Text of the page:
Saturday, September 16, 2006

Mystery of the Waterville Spooklights

Waterville Lights
Evening Magazine

      There's something in the air near Waterville, Washington – mysterious lights no one can explain, or perhaps now a scientist in Australia can?

"It was so mysterious, and then we found out later that other people were seeing it, mostly the farmers out in the fields," said Mabel Knowles.

"No one could explain this. It wasn't rational, but it was real," said Dick Osborne.

Are eerie lights seen over an Eastern Washington town UFO's, ghostly spirits, or has one professor a world away found a scientific answer to the mystery of the spooklights?

On late summer nights over the years, many people in and around the small farming town of Waterville have seen unusual lights flitting around the sky.

"We knew it wasn't an airplane, because it darted around, it would hover around the house, then it would dart another place and go somewhere else, then pretty soon it would come back," described Mabel. "So then it just acquired the name of spooklight and that's what several people have called it since then because we just were spooked. We didn't know what it was."

"Just a light appearing out of nowhere, with nothing around it, able to travel at high speeds, maneuver in 90-degree angles. It could streak away, reappear, transfer to the next hill," said Dick. "It was like something from a space movie that you'd see on TV."

People all over the world have seen and apparently photographed similar mysterious lights. They've appeared in places like Norway, Texas, Missouri, and Canada.

At North Carolina's Brown Mountain and in Marfa, Texas, the government even erected signs acknowledging the presence of the lights.

Spar Giedeman said he photographed an odd light near Mount Adams.

"It just disappeared and faded out," he said. "I sure would like to know what it was. I've wondered all these years."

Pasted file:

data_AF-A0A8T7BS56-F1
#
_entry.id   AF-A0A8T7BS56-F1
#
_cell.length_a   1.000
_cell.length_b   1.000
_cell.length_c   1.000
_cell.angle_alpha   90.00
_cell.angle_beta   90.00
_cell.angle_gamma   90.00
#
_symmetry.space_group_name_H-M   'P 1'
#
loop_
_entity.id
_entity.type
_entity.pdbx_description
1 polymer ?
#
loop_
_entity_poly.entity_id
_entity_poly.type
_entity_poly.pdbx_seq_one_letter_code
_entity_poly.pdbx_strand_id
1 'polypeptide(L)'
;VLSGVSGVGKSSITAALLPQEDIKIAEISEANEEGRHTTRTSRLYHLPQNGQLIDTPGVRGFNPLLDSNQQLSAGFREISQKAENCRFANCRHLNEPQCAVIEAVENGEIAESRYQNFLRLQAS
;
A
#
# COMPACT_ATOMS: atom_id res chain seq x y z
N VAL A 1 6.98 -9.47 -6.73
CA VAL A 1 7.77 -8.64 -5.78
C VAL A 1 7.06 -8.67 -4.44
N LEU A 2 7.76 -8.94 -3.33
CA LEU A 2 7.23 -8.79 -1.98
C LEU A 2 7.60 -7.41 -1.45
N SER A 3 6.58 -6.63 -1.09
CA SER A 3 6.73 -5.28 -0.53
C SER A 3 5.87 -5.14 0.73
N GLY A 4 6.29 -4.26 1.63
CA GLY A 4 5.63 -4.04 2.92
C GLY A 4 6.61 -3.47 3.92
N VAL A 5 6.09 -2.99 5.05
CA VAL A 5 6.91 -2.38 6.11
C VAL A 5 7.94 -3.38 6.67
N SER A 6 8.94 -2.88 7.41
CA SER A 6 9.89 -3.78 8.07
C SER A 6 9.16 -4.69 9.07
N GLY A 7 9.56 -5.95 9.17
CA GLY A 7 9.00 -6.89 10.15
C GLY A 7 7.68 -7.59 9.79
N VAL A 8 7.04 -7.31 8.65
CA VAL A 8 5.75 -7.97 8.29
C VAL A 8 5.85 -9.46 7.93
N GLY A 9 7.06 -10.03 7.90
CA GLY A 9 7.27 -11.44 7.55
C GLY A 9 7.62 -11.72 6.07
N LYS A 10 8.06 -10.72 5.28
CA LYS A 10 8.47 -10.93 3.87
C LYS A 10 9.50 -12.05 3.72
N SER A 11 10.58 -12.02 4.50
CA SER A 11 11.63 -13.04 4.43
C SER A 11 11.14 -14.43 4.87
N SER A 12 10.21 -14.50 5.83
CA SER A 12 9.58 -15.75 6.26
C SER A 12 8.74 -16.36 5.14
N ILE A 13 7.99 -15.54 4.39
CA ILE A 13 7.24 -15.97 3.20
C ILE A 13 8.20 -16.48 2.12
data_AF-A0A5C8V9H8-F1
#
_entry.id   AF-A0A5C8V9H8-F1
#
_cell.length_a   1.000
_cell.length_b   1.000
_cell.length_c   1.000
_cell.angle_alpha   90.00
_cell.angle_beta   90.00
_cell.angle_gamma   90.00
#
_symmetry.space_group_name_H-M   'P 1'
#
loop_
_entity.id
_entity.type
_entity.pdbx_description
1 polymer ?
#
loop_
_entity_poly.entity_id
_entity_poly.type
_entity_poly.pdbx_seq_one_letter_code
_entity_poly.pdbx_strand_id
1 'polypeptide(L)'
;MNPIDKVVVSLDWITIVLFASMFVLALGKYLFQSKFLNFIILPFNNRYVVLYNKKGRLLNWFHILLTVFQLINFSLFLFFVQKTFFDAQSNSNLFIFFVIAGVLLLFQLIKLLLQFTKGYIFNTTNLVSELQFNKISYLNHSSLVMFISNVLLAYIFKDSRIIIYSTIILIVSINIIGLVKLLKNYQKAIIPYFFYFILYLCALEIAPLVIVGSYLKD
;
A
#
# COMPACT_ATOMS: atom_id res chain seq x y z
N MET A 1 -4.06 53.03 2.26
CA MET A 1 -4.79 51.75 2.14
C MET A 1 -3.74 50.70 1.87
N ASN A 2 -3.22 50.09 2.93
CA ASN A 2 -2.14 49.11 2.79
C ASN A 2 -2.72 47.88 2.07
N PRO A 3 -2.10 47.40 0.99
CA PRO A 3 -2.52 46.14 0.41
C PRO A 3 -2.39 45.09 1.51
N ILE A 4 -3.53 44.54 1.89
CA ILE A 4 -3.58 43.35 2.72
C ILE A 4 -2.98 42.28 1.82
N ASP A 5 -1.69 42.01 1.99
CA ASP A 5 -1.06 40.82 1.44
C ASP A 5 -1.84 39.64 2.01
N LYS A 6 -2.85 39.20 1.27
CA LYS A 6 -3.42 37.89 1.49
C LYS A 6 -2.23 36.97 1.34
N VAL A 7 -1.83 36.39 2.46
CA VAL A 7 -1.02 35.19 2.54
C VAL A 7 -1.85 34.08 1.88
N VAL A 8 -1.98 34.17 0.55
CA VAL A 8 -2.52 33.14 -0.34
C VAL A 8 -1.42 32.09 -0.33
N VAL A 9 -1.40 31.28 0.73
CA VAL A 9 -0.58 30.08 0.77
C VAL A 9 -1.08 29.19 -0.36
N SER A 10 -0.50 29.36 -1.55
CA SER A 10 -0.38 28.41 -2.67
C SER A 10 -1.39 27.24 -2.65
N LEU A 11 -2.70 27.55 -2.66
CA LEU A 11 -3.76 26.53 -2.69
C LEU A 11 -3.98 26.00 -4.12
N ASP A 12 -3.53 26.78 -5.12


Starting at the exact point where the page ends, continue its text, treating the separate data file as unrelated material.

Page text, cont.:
There have been a number of eyewitnesses over the years. Clearly, there is something out there. But what? Is it something supernatural? A UFO? The spirit of a dead person? A top secret government aircraft no one' s talking about? Or perhaps it's something completely natural.

One scientific theory is that spooklights are some type of electrical energy or are somehow related to seismic activity below the surface.

A brand-new study by Professor Jack Pettigrew of Australia's University of Queensland might have an answer to the origin of our spooklights, which Downunder are called min-min lights.

They've been known to baffle ranchers in the outback, the way spooklights have baffled farmers near Waterville.

Prof. Pettigrew thinks he's found what causes Australia's version of the lights. On some days when there's a temperature inversion, when warm air traps cooler air below it, light coming from things like car headlights, fires, the moon, or whatever, can bounce around in strange ways. The source of the light can be hundreds of miles away, beyond the horizon, but the observer sees it as an eerie mirage that seems to be close by.

The descriptions Dick Osborne and Mabel Knowles give sound similar to the lights Prof. Pettigrew researched in Australia and seems to have explained. His theory might even explain some of the UFO sightings in the Northwest over the years.

Whether the source of spooklights is supernatural or simply natural, folks around Waterville who've seen them say they'll never forget them.

"This is beyond anything I've ever witnessed or been part of, because there was no explanation and nobody could ever explain to me," said Dick.

Dick says one summer when the spooklights were particularly common, there were a lot more traffic accidents than usual on the highway outside of Waterville. He thinks maybe the drivers saw spooklights, were distracted, and drove off the road.

More . . .

See Also: UFO Photographed Over Washington State


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